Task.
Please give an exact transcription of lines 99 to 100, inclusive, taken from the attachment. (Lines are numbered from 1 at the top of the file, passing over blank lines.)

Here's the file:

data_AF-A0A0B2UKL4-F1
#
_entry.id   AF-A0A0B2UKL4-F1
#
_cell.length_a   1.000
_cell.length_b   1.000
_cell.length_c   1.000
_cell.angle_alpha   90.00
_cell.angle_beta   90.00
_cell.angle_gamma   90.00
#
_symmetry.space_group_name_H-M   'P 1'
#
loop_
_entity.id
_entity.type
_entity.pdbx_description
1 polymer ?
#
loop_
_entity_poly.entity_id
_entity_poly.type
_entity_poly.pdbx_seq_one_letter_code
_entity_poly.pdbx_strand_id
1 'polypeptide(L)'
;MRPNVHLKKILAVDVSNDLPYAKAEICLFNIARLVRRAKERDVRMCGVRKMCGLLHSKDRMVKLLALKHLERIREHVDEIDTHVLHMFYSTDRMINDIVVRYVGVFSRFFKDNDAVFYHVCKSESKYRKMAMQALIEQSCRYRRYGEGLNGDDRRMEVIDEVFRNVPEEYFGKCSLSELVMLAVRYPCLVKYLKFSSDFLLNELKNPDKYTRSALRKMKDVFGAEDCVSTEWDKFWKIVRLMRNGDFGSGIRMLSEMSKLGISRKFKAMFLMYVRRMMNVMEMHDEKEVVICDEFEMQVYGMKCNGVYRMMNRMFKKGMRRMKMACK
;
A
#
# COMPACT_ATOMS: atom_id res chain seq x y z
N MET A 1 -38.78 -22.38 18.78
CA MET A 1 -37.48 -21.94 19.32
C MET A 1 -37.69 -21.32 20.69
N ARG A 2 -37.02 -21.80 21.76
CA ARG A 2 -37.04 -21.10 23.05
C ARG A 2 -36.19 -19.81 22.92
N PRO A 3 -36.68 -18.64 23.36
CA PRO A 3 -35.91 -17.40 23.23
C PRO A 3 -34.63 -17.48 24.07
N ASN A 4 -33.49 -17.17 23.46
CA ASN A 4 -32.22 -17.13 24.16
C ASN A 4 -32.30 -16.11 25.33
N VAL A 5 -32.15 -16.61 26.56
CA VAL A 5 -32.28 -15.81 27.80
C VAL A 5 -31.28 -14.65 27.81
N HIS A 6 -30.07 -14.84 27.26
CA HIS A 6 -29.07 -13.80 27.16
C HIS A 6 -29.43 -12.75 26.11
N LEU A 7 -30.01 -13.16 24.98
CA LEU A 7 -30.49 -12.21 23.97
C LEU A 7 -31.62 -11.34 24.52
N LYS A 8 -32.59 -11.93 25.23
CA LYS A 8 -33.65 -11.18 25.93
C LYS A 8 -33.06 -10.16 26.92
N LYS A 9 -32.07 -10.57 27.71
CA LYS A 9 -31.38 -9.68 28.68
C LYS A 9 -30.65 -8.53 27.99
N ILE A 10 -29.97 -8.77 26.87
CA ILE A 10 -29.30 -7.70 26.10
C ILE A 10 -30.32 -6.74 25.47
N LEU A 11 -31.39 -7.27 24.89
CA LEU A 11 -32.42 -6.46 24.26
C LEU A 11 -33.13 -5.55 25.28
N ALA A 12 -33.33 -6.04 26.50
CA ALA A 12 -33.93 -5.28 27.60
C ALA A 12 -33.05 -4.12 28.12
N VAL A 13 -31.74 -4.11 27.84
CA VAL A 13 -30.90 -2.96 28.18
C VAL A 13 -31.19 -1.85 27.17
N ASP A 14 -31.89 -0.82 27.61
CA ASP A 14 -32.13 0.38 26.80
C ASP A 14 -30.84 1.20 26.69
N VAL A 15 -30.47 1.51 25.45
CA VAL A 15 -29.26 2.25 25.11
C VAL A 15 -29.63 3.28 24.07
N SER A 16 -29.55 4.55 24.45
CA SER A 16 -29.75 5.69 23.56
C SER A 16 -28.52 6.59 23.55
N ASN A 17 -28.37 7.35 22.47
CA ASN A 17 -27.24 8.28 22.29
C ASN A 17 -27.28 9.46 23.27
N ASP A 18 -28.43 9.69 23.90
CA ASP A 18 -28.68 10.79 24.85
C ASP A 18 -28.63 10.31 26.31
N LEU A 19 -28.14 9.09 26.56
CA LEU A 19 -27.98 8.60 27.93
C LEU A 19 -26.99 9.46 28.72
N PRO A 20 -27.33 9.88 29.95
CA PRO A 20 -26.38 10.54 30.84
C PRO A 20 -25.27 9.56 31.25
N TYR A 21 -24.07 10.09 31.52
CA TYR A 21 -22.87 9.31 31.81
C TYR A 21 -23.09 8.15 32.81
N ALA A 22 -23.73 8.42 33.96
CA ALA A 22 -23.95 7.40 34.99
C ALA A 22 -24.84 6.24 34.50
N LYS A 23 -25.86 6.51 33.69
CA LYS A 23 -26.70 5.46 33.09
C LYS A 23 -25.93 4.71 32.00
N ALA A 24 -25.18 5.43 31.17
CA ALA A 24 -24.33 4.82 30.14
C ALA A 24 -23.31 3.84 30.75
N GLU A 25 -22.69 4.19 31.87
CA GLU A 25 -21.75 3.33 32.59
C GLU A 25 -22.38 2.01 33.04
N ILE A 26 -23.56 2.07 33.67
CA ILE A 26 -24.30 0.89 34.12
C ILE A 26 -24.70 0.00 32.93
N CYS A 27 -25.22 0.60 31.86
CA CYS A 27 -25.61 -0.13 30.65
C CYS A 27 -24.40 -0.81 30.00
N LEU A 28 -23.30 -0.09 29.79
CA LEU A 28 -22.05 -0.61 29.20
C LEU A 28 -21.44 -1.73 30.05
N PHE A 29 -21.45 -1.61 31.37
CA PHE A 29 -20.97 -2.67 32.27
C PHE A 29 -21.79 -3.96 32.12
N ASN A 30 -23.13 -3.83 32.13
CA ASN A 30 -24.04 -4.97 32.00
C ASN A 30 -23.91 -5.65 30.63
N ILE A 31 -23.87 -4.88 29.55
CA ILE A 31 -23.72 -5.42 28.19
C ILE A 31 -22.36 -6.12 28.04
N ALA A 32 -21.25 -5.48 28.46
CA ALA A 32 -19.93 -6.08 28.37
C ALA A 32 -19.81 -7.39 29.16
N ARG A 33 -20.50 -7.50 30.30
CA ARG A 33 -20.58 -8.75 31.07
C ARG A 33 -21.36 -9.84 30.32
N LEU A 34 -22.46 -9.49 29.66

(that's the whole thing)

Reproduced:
C LYS A 23 -25.93 4.71 32.00
N ALA A 24 -25.18 5.43 31.17